I have never been able to resolve parts of me that I perceive as odd or problematic until I could understand why they happen in the first place. This goes beyond simply knowing the root cause, and is more centered around the "why" of today. I know what inspires the idiosyncracies, but why are they still troubling me? Why do I cling to them? Why do they pop up regardless of what I do to dispel them? What purpose do they serve NOW?
For many years this has been the case when I think about friendship. I have written about this more times than any reasonable person should. I've mocked the institution of friendship, calling it a convenience which allows people to be fickle and undependable simply on the auspices that they owe one another nothing.
I've never understood why I felt so intensely antagonistic toward that relationship, nor why I'm actually insulted when someone who is very close to me refers to me as a friend. My brain automatically thinks, No. I'm not a friend. That's someone unreliable and disposable, and if that's how you feel about me, I'm gone.
I understand now.
Trust, for me, is intermittent at best, and nonexistent at worst. But I want to trust people. I just don't seem to be able to make that happen. No matter how a person has shown me repeatedly that he or she is present, that I'm loved, that I'm important--it seems impossible for me to accept that, believe it, and feel comfortable trusting that person. I try. In fact, trying to trust causes me so much anxiety that I've been known to be sick over it. I want to trust people.
Trust allows one to let go, believing that absence means nothing more that a space of time and distance that will be bridged whenever possible. It allows one to believe that silence is insignificant and will be remedied when time permits. Trust keeps people in our lives when life throws curve balls that separate us. It's probably trust which initiates the feeling, after a long absence, that time has change nothing and that friends still feel close and intimate.
I've never experienced that. If you leave my life then reenter it later, I'll be very glad to see you but I won't feel at all close. I'll be interested but detached. And I probably won't suggest that we try to see each other more often. You see, probably when you left it caused me all sorts of emotional trauma because I didn't understand that you would come back--and what I interpreted was that I'm not important enough to you to make an effort to continue any relationship we might have been enjoying. In my mind, this was not a temporary separation. This was a termination.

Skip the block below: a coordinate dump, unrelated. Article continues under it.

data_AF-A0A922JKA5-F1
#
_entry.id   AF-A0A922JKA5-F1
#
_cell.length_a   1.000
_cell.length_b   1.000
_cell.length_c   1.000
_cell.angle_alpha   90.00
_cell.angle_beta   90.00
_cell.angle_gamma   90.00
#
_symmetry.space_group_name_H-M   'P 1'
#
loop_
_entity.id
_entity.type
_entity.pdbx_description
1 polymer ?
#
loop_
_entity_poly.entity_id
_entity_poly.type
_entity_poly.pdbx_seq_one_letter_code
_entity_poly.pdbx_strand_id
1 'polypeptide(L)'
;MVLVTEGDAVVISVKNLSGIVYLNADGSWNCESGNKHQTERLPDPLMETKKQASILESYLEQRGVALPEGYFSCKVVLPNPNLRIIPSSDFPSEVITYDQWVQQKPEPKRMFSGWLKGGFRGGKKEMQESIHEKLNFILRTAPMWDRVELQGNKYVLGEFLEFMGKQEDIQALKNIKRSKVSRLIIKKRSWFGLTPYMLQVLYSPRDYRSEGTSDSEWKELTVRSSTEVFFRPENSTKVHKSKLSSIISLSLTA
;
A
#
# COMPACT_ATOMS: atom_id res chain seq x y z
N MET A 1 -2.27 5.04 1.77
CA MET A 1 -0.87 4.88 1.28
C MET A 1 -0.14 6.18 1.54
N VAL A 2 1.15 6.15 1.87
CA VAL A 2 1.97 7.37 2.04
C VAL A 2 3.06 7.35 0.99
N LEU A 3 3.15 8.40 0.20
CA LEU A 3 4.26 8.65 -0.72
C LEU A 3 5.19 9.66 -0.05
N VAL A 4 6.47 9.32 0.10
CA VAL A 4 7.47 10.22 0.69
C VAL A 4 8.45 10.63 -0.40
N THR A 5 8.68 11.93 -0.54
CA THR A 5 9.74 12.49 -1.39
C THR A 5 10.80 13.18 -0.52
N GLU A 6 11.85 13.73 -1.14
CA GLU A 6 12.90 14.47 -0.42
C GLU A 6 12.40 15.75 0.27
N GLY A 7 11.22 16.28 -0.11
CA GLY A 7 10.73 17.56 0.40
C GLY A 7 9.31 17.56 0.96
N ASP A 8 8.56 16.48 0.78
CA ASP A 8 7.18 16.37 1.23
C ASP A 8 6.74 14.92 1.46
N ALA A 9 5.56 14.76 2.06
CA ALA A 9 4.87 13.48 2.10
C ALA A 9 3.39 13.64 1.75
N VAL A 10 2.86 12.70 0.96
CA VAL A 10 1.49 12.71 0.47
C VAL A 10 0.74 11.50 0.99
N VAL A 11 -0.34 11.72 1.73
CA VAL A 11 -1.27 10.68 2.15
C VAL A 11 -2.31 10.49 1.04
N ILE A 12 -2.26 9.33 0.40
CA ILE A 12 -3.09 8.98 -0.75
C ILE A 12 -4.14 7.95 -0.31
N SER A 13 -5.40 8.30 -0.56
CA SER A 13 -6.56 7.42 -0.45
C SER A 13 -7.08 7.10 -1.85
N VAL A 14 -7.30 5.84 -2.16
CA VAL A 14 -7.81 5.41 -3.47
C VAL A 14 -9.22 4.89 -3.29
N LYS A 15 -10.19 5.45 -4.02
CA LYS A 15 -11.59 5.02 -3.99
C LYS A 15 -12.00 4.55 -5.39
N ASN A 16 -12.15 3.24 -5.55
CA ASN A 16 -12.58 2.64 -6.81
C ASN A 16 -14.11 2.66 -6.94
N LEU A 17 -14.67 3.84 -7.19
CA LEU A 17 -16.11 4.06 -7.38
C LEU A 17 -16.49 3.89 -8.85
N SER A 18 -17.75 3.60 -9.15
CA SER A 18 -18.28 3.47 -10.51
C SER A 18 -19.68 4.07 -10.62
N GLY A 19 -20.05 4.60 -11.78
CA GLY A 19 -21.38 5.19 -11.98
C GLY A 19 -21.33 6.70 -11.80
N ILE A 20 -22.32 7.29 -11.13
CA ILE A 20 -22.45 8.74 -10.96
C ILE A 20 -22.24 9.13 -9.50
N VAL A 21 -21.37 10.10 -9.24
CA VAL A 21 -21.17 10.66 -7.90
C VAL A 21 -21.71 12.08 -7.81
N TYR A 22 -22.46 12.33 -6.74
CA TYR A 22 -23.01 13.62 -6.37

When I began to recognize that I'm not able to trust in the "normal" way, I felt a little bit desperate. I don't want the people in my life to feel we have to constantly reconnect or I'll have be experiencing an emotional rift which effectively removes any close relationship we might have had and moves them to my group of acquaintances--people I enjoy when we're together, but don't really think about often. I don't want to be that person whose relationships become unhealthy because I'm so afraid to let go and I'm incapable of applying consistent trust.
I realized last week that I've been agonizing over this long enough. I am who I am. I'll probably never stop trying to figure out how to "fix" this problem in myself. I'll probably continue to hide the fact that every close, beautiful relationship in my life makes me want to throw up and causes me to panic most of the time. It's likely that the process which is natural to me, but completely unnatural to people who have not been abused, molested, or raped as children, will be a part of my life forever--but that doesn't mean I'll stop trying to circumvent, reroute, and striving to become more like healthy people.
That being said, I think it's time for me to stop being nasty about friendship. People like it. They want it. It plays an important, integral part in the lives of healthy people. They get it. I need to stop verbalizing antagonism stemming from my inability to make it work in my head and heart. My deficits do not diminish an institution that's been around for eons and will continue whether I participate or not.
So I'm making peace with myself. And I'm letting go. And if people are absent for awhile, probably my emotional self will cut off from them because it's natural to me. But that's okay. The world won't end and the absent people won't even know it happened and I'll go to work and read books and keep doing physical therapy and notice tiny details in the world around me that bring me joy--and the other person will go on with his or her life, too. My trust is not essential and my lack of trust makes no one uncomfortable except me.
Looking back on all my agonizing, I think I wanted someone to save me--to teach me how to be like everyone else. I think I wished that I would be reassured, reminded that even if someone leaves, it's temporary and I'm still loved. Clearly I'm still a child in this regard. Having suffered abandonment and neglect, I know no other way to feel secure. I needed to hear the verbal assurance that we're still "friends."
Adults don't do that with other adults. I understand that. So today I allow myself to be at peace. I'm okay, even if this trust and friendship thing is not something I can do. I still have relationships and interactions with people and those are joyful even if they also make me stressed. I'm willing to keep doing this on my terms and stop feeling inadequate because I don't have the emotional maturity necessary to be those people who can be apart for years, then come together again feeling as if no time has passed and the relationships is still thriving.
I also don't have to keep talking about it. And probably the other parties in my relationships will feel those friendship things, even if I don't, so I'll have half-friendships. And half is better than none.